Angiotensin II (Ang II) may play a significant role mediating intraglomerular hypertension and glomerular sclerosis. Therefore, we investigated whether a model of pressure-induced stress, mechanical stretch/relaxation, affected the renin-angiotensin system (RAS) in cultured rat mesangial cells. Type 1 Ang II receptor (AT1R) expression was assessed by 125I-Ang II binding and quantitative reverse-transcription polymerase chain reaction. Stretch/relaxation increased steady-state AT1R mRNA levels as well as specific [125I]Ang II binding. Increased AT1R expression was associated with altered AT1R signaling. Ang II (100 nM) increased total phosphoinositide hydrolysis in control cells (186 +/- 25%, n = 6; p < 0.025 vs. no treatment). However, stretch/relaxation for 48 h further augmented AT1R-mediated PI hydrolysis (293 +/- 38%, n = 6; p < 0.025 vs. Ang II treatment alone). We examined other RAS components in mesangial cells subjected to stretch/relaxation. Angiotensinogen, determined by radioimmunoassay of Ang I generation in conditioned media, increased with stretch/relaxation, and reverse-transcription polymerase chain reaction demonstrated increased angiotensinogen gene expression in stretch/relaxation-treated cells. However, renin activity and angiotensin-converting-enzyme-like activity were unaffected by stretch/relaxation. Thus, mesangial cells maintain a local RAS similar to those described in other tissues, and AT1R expression and angiotensinogen production in this cellular RAS are increased by stretch/relaxation. It is likely that mesangial cells in vivo, exposed to variations in intraglomerular pressure, may regulate their responses via a local RAS.
Chronic volume depletion by dietary salt restriction causes marked decrease in glomerular filtration rate (GFR) with little increase in urine osmolality in angiotensinogen gene null mutant (Agt-/-) mice. Moreover, urine osmolality is insensitive to both water and vasopressin challenge. In contrast, in normal wild-type (Agt+/+) mice, GFR remains remarkably constant and urine osmolality is adjusted promptly. Changes in volume status also cause striking divergence in renal structure between Agt-/- and Agt+/+ mice. Thus, in contrast to the remarkably stable glomerular size of Agt+/+ mice, glomeruli of Agt-/- mice are atrophied during a low salt and hypertrophied during a high salt diet. Moreover, the renal papilla, a structure unique to mammals and essential for urine diluting and concentrating mechanisms, is hypoplastic in Agt-/- mice. Thus, angiotensin is essential for the two fundamental homeostatic functions of the mammalian kidney, namely stable GFR and high urine diluting and concentrating capacity during alteration in extracellular fluid (ECF) volume. This is not only accompanied by angiotensin's tonic effects on renal vasomotor tone and tubule transporters, but also accomplished through its capacity to affect the structure of both the glomerulus and the papilla directly or indirectly.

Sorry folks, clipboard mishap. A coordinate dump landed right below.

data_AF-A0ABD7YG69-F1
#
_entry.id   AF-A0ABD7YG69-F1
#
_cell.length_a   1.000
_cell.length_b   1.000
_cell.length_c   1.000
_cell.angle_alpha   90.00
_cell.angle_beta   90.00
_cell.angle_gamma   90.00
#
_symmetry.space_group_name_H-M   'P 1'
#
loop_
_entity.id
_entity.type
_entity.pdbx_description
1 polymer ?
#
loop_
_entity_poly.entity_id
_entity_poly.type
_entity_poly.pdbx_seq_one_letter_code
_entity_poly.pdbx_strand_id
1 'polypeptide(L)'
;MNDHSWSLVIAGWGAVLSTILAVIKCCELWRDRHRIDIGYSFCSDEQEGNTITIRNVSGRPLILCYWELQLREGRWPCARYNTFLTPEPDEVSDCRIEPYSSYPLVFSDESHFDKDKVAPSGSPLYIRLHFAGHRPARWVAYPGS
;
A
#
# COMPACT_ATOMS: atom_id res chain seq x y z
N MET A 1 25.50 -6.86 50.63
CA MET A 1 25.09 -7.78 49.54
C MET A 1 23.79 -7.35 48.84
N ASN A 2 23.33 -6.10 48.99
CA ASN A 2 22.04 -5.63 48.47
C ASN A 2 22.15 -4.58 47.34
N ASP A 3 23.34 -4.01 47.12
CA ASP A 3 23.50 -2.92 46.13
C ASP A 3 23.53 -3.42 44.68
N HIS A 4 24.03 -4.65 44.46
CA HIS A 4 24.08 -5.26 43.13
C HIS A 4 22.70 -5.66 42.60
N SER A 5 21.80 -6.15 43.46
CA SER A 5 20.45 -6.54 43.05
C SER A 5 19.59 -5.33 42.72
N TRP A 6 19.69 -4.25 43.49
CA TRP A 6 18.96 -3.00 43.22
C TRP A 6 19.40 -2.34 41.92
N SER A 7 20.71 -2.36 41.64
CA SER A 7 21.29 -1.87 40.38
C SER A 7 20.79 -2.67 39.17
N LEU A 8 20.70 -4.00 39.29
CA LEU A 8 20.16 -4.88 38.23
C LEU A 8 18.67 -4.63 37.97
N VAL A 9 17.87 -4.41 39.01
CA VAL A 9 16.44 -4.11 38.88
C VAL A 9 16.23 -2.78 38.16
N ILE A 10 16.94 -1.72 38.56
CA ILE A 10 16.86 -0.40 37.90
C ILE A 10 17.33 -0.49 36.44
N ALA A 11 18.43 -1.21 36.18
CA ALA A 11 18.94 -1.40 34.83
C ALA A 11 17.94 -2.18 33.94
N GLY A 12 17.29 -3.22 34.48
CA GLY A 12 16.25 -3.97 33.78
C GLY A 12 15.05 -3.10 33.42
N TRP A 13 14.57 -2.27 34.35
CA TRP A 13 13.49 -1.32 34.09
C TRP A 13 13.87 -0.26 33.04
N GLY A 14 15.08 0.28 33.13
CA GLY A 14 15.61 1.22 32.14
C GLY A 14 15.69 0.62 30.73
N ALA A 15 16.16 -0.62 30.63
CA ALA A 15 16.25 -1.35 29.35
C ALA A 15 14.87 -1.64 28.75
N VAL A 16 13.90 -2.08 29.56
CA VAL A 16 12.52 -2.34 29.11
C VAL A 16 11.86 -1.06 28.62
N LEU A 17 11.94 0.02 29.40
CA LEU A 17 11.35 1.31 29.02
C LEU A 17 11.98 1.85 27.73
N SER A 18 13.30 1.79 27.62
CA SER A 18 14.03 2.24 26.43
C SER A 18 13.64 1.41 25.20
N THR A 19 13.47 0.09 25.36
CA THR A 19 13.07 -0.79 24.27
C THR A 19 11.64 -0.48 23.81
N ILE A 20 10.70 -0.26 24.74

Rodents are the unique species carrying duplicated angiotensin (Ang) type 1 (AT1) receptor genes, Agtr1a and Agtr1b. After separately generating Agtr1a and Agtr1b null mutant mice by gene targeting, we produced double mutant mice homozygous for both Agtr1a and Agtr1b null mutation (Agtr1a-/-; Agtr1b-/-) by mating the single gene mutants. Agtr1a-/-, Agtr1b-/- mice are characterized by normal in utero survival but decreased ex utero survival rate. After birth they are characterized by low body weight gain, marked hypotension, and abnormal kidney morphology including delayed maturity in glomerular growth, hypoplastic papilla, and renal arterial hypertrophy. These abnormal phenotypes are quantitatively similar to those found in mutant mice homozygous for the angiotensinogen gene (Agt-/-), indicating that major biological functions of endogenous Ang elucidated by the abnormal phenotypes of Agt-/- are mediated by the AT1 receptors. Infusion of Ang II, AT1 blockers, or an AT2 blocker was without effect on blood pressure in Agtr1a-/-; Agtr1b-/- mice, indicating that AT2 receptor does not exert acute depressor effects in these mice lacking AT1 receptors. Also, unlike Agt-/- mice, some Agtr1a-/-; Agtr1b-/- mice have a large ventricular septum defect, suggesting that another receptor such as AT2 is functionally activated in Agtr1a-/-, Agtr1b-/- mice.